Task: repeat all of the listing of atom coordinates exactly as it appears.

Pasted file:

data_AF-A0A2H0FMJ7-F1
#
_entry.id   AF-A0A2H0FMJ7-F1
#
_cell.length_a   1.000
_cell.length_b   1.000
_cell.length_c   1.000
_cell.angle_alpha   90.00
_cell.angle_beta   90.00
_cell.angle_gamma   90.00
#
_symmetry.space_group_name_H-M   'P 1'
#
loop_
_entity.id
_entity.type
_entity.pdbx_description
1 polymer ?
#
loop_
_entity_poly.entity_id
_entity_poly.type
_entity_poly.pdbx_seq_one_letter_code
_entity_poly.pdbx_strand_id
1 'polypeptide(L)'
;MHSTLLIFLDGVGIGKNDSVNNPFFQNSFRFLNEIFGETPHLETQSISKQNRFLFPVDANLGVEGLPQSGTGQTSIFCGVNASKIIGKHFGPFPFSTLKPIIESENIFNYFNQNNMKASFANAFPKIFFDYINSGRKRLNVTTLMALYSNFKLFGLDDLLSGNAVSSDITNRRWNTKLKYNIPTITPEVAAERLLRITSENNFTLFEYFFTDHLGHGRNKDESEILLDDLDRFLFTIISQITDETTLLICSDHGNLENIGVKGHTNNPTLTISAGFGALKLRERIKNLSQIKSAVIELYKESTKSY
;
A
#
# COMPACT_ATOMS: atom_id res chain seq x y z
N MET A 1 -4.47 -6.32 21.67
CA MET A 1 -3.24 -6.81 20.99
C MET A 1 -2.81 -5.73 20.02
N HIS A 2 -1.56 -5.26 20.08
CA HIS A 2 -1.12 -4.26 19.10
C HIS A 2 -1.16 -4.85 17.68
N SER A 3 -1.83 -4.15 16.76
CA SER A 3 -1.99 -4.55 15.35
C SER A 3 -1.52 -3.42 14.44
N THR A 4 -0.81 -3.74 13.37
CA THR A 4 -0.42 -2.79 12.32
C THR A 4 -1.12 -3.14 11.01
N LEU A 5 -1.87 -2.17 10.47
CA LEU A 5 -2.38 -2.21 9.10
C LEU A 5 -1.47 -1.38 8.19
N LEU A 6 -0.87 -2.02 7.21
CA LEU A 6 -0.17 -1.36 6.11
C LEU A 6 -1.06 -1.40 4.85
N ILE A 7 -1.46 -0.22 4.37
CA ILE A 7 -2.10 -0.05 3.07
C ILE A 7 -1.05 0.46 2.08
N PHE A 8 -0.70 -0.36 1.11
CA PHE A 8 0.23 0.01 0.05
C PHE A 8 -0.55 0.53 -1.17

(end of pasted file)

data_AF-A0A2H0FMJ7-F1
#
_entry.id   AF-A0A2H0FMJ7-F1
#
_cell.length_a   1.000
_cell.length_b   1.000
_cell.length_c   1.000
_cell.angle_alpha   90.00
_cell.angle_beta   90.00
_cell.angle_gamma   90.00
#
_symmetry.space_group_name_H-M   'P 1'
#
loop_
_entity.id
_entity.type
_entity.pdbx_description
1 polymer ?
#
loop_
_entity_poly.entity_id
_entity_poly.type
_entity_poly.pdbx_seq_one_letter_code
_entity_poly.pdbx_strand_id
1 'polypeptide(L)'
;MHSTLLIFLDGVGIGKNDSVNNPFFQNSFRFLNEIFGETPHLETQSISKQNRFLFPVDANLGVEGLPQSGTGQTSIFCGVNASKIIGKHFGPFPFSTLKPIIESENIFNYFNQNNMKASFANAFPKIFFDYINSGRKRLNVTTLMALYSNFKLFGLDDLLSGNAVSSDITNRRWNTKLKYNIPTITPEVAAERLLRITSENNFTLFEYFFTDHLGHGRNKDESEILLDDLDRFLFTIISQITDETTLLICSDHGNLENIGVKGHTNNPTLTISAGFGALKLRERIKNLSQIKSAVIELYKESTKSY
;
A
#
# COMPACT_ATOMS: atom_id res chain seq x y z
N MET A 1 -4.47 -6.32 21.67
CA MET A 1 -3.24 -6.81 20.99
C MET A 1 -2.81 -5.73 20.02
N HIS A 2 -1.56 -5.26 20.08
CA HIS A 2 -1.12 -4.26 19.10
C HIS A 2 -1.16 -4.85 17.68
N SER A 3 -1.83 -4.15 16.76
CA SER A 3 -1.99 -4.55 15.35
C SER A 3 -1.52 -3.42 14.44
N THR A 4 -0.81 -3.74 13.37
CA THR A 4 -0.42 -2.79 12.32
C THR A 4 -1.12 -3.14 11.01
N LEU A 5 -1.87 -2.17 10.47
CA LEU A 5 -2.38 -2.21 9.10
C LEU A 5 -1.47 -1.38 8.19
N LEU A 6 -0.87 -2.02 7.21
CA LEU A 6 -0.17 -1.36 6.11
C LEU A 6 -1.06 -1.40 4.85
N ILE A 7 -1.46 -0.22 4.37
CA ILE A 7 -2.10 -0.05 3.07
C ILE A 7 -1.05 0.46 2.08
N PHE A 8 -0.70 -0.36 1.11
CA PHE A 8 0.23 0.01 0.05
C PHE A 8 -0.55 0.53 -1.17